Enter your email address:

Delivered by FeedBurner


Subscribe to our Blog feed in a reader

Search by keywords:

Advanced Search

Latest Products

Meditations on Doré’s Biblical Artwork Masterpieces (e-book) Meditations on Doré’s Biblical Artwork Masterpieces (e-book): Mom, here is a pair of books to fuel your own devotions. Buy the book of 219 pictures. . . more >>

Ethel Barrett CD #3 of Stories for Children: Blister, and Other Stories of Trust and Obedience Ethel Barrett CD #3 of Stories for Children: Blister, and Other Stories of Trust and Obedience: Memorable stories to train young children to trust and obey. Treat your family to an unusual listening. . . more >>

Ethel Barrett CD #2 of Stories for Children: Stop in your tracks! Bible stories Ethel Barrett CD #2 of Stories for Children: Stop in your tracks! Bible stories: Memorably told stories to build the faith of young children. Enjoy listening to the telling of these. . . more >>




Monthly Archives


Too many cooks? Tips for sharing the kitchen

Sunday, 07. October 2018 by Renee Ellison

Image

For most homeschoolers, training our children in domestic duties is one of the skills we want to pass along to the next generation. Sparks may fly, however, when Mom and someone else are working the kitchen at the same time. Often, the clash is simply due to a difference in personalities and the fact that there is more than one way to do things. If that is your situation, you may want to try these strategies for solving the problem:

Separate your times in the kitchen. Plan it so the two of you are in the kitchen at opposite times during a day. Totally assign to one or the other the complete holiday preparation for a special holiday. This lets one of you be the Queen of your domain for a day or for a special meal, without having to go through the other one’s psyche’s to do each step. Either you totally take control and do things yourself, or your mature daughter (or son) takes over and tackles it all; you alternate back and forth. You are available in the background, in some other place, to give advice or assistance if requested. Then, rave about the other person’s accomplishments and render great respect and gratefulness for the work she or he did. You can thoroughly enjoy the meals someone else cooked—and let each other know that via lavish praise. Sometimes, especially when one person’s mind is totally occupied with other things, she may ask you to cook and she does the dishes—splitting the workload in half, but the two of you are still not in the kitchen at the same time. This can lighten your load and brighten the atmosphere of your home if the kitchen is a scene of daily conflict. For some families and multiple daughters kitchen work is not a source of contention.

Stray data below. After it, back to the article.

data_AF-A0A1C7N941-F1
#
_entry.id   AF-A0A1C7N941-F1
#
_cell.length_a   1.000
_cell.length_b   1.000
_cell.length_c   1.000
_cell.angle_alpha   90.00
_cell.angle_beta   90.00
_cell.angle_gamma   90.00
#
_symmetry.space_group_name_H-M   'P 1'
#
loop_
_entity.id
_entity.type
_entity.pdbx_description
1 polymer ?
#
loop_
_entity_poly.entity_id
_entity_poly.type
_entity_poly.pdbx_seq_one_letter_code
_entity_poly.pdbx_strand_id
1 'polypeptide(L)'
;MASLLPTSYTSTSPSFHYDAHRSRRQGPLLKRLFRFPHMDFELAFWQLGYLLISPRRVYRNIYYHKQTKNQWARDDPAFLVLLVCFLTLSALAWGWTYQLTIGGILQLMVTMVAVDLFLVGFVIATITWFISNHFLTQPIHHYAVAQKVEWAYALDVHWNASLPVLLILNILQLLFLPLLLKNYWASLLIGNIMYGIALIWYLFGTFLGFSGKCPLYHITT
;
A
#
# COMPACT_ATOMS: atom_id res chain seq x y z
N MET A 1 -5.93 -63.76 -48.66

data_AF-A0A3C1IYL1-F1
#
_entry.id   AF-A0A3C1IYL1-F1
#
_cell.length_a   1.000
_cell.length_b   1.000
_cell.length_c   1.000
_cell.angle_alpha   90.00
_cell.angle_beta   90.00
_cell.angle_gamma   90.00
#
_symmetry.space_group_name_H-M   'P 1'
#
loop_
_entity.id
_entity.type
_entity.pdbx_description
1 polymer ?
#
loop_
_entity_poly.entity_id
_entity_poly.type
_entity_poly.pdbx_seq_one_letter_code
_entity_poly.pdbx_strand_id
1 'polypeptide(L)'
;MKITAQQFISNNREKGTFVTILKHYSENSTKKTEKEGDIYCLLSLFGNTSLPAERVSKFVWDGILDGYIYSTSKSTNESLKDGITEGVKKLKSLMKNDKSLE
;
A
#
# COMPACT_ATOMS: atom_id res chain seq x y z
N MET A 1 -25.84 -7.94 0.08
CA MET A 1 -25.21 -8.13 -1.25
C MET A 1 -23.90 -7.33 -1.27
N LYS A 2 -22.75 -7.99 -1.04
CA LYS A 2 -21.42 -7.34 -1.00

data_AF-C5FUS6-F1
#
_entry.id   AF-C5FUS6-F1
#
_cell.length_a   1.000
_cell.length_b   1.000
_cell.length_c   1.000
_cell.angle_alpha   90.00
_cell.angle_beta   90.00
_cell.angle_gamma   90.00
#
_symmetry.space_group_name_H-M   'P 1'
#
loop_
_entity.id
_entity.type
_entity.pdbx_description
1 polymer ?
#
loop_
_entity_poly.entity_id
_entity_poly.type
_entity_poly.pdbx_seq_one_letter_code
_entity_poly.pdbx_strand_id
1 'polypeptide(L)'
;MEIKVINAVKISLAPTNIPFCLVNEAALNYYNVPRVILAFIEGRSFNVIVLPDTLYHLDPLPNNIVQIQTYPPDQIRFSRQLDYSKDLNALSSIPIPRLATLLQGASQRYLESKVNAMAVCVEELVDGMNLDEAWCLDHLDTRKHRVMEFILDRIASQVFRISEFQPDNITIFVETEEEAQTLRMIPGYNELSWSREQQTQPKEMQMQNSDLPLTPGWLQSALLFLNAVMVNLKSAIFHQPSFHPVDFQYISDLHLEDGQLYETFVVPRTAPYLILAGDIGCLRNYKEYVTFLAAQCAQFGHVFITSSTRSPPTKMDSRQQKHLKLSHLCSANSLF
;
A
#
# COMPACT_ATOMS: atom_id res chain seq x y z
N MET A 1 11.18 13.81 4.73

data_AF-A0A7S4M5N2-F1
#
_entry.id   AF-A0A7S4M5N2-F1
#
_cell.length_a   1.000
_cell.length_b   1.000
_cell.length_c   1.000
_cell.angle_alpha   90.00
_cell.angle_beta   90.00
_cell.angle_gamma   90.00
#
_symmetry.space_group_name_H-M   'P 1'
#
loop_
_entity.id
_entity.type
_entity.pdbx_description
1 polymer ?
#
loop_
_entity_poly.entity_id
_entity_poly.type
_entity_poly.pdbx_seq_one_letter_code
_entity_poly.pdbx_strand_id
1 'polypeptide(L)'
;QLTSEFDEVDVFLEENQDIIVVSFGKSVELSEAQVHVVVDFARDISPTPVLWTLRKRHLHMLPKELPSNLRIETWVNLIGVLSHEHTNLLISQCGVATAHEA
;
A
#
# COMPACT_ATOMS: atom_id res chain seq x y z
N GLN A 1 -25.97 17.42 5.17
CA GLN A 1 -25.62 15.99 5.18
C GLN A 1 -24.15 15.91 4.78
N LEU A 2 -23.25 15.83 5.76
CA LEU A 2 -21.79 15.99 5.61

Filed Under: Home management tips

Marriage is a skill

Thursday, 20. September 2018 by Renee Ellison

Image

Marriage is a skill that we learn by doing. A good marriage is an achievement, not an entitlement. Getting married is not like falling into a kind of Disneyland or waltzing into a permanently glittering ballroom, like our culture relentlessly and erringly touts. We must learn to square ourselves with the fact that all too often our culture is obsessed with shallow trappings rather than real essences, and its pathways invariably end in disillusionment and depression.